Cushion/Seating Surface Selection

There are a variety of cushioning materials that all affect stability, pressure distribution, and interface temperature, among other factors, differently for individuals (See Figure 1). Wheelchair seat cushion selection is where IPM arguably provides the greatest value to SMS practitioners. In addition to providing optimal skin protection, a good cushion must enable optimal pelvic position, be clinically safe, functional, comfortable, and easy to use.

As with most things in the clinical setting, each patient has specific individual needs. There is no “one-size-fits-all” for seat cushion selection, and several key factors merit close consideration when selecting wheelchair cushions:

  • Fixed versus flexible deformities;
  • Presence of sensation or pain;
  • Ability to perform weight shifts;
  • Heat and moisture factors;
  • Availability of power tilt-in-space;
  • Current or past history of skin breakdown;
  • Activity level; and
  • Caregiver skill.

IPM augments seating evaluations, allowing clinicians to compare different seating surfaces and enabling them to make a more informed decision.

While IPM provides great value in various clinical applications, it is important for clinicians to note that it is just one of the many tools in their arsenal, and to be aware of its limitations. Pressure maps provide one-dimensional data that does not account for other key factors that can impact the patient’s skin integrity, such as shear, heat and moisture, use of power seating functions, activity level and functional mobility, and lifestyle. Furthermore, pressure maps are always relative to the individual patient or cushion assessed, and cannot be generalized for other patients or cushions.

Evolution of Pressure Mapping

Wheelchair seating and mobility is a dynamic space that has evolved in response to research, user frustration with the loss of functional mobility during pressure ulcer treatment, changes in healthcare policy that penalize healthcare settings for onset of skin breakdown, and the economics of prevention as compared to the cost of pressure ulcer treatment.

Initially developed to measure force in dental occlusions and the feet, IPM technology has come a long way. Thanks to technological advances in IPM hardware and software, there are several IPM systems available to clinicians. Among the IPM products manufacturers currently offer are smart seat, bed, and foot smart fabric pressure mapping systems that use elastic sensor with USB electronics built in, and can connect with WiFi and Web browser interfaces. Likewise, low-profile pressure sensing mats can capture static and dynamic pressure measurement data, and other mat-based systems can be used to fit a wheelchair seat and back to provide an accurate view of pressure distribution. For ambulatory patients the market offers an in-shoe system that can analyze interaction between the foot and shoe to provide data about foot function.

Therapists are seeing some exciting and valuable new technologies emerge as the industry continues to innovate. Continuous bedside IPM systems, for example, can now be used seamlessly on any support surface and provide caregivers with a useful monitor to assess the effectiveness of repositioning patients off of pressure areas—a crucial component of providing better care toward minimizing the formation of pressure ulcers.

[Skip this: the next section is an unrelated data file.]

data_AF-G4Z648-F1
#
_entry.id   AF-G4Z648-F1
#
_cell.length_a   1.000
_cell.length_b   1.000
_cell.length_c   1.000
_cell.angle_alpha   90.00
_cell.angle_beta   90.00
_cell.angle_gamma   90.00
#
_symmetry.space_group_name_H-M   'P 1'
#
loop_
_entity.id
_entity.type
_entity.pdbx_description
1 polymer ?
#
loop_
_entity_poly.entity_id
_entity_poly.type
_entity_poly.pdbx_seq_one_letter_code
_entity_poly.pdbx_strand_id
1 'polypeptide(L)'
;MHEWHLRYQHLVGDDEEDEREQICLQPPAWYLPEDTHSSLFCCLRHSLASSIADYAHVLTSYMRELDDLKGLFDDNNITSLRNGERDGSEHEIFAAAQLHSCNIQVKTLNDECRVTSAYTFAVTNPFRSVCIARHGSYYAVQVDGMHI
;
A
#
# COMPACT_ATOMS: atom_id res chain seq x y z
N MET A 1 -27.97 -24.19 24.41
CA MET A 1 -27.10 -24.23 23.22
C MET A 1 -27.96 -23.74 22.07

Room for Improvement

While these advances are exciting, there is still room for more progress in regard to technologies and protocol. One big technology advancement therapists would like to see is technology that allows clinicians to remotely track patients’ IPM readings, particularly in power wheelchairs. Far too many patients do not realize how vulnerable they are and are not committed to weight shifting. A tool that would enable therapists to remotely track a patient’s weight shifts would be invaluable.

Lastly, there is growing demand internationally for a standardized clinical guideline for IPM data interpretation. While there is a standard protocol for administering an IPM, there are none for how to interpret the data, which is just as critical of a concern, if not more so. Lack of a standardized IPM interpretation protocol limits the ability to compare clinical research findings across studies using IPM, thereby denying the seating and mobility community rich learnings that could help refine and maximize how IPM is utilized in practice. RM

Mary Ellen Buning, PhD, OTR/L, ATP, SMS, is an occupational therapist with 30 years of specialization in assistive technology. She was recruited to the University of Louisville in 2008 to develop an assistive technology service delivery program to serve patients and develop staff training at Frazier Rehab Institute and Neuroscience Institute. This program, the Assistive Technology Resource Center (ATRC), is also the clinical training site for the Rehabilitation Engineering and Assistive Technology program in development in the Bioengineering Department at the UofL’s Speed School of Engineering. Frazier has an active treatment program in Wheelchair Seating and Mobility; Alternative and Augmentative Communication; Adaptive Computer Access, and environmental control and modifications.

Robert M. Meehan, PT, ATP, SMS, is a licensed physical therapist and certified seating and mobility specialist in the state of Kentucky, and has been a licensed PT since 2000 and a certified assistive technology practitioner since 2005. He works full-time in the Frazier Rehab Assistive Technology Resource Center and evaluates clients for their seating and mobility needs. Meehan is a member of the Board of Directors for the Center for Accessible Living in Louisville, Ky. For more information, contact [email protected].